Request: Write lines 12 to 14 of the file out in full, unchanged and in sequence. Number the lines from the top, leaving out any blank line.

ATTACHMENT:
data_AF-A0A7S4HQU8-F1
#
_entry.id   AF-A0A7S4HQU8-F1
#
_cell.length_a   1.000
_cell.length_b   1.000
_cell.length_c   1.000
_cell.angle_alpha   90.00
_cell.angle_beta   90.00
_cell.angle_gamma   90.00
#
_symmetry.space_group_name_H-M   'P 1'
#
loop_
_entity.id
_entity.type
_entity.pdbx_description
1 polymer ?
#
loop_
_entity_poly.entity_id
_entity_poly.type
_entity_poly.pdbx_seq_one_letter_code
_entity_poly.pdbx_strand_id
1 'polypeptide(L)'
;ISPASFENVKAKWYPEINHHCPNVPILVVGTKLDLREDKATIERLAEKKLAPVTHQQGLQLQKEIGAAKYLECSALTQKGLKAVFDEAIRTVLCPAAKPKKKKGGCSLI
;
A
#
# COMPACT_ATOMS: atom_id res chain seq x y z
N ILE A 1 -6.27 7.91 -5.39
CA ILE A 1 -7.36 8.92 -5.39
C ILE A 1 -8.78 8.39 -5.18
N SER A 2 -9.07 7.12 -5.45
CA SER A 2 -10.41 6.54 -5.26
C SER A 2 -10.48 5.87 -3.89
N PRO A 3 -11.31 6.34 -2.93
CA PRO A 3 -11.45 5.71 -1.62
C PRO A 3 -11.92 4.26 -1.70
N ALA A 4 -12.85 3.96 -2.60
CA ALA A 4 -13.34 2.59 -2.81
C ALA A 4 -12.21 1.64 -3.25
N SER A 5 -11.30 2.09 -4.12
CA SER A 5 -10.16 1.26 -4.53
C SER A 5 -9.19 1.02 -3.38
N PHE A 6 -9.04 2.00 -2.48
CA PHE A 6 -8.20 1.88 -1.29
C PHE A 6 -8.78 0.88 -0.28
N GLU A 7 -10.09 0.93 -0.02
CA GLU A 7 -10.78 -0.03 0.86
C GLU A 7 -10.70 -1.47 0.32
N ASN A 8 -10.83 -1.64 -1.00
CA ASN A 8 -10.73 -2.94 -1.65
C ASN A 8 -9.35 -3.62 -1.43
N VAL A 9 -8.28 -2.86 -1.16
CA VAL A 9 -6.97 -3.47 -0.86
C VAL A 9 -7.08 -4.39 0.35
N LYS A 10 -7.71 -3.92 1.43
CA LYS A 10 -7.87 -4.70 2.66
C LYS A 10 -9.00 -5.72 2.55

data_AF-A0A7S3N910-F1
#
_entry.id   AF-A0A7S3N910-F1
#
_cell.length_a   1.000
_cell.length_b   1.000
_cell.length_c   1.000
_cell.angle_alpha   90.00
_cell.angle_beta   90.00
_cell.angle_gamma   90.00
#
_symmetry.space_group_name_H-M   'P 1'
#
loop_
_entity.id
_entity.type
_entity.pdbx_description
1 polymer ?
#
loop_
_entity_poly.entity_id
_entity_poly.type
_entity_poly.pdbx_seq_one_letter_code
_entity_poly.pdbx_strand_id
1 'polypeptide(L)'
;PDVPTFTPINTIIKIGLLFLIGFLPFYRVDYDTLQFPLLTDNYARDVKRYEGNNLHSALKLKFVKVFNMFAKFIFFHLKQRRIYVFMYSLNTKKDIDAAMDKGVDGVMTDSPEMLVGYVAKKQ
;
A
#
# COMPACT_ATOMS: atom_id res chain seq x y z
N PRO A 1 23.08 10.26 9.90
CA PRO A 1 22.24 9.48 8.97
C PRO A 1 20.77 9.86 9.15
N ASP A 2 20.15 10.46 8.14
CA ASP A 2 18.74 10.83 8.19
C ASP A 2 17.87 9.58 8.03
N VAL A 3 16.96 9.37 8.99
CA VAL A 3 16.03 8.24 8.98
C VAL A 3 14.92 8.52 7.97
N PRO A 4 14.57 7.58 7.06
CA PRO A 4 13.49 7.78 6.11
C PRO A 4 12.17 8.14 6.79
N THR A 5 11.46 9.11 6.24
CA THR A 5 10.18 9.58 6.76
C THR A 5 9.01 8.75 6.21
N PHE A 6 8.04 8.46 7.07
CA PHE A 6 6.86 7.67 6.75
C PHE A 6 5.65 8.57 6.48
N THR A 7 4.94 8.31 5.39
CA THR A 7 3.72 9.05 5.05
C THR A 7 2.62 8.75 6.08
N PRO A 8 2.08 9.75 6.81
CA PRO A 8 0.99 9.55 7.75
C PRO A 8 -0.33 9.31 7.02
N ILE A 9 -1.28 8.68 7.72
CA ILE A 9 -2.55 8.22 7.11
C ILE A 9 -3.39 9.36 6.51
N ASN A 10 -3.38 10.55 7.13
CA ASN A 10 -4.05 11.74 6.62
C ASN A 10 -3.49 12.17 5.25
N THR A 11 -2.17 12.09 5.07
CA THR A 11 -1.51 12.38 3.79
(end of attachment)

_symmetry.space_group_name_H-M   'P 1'
#
loop_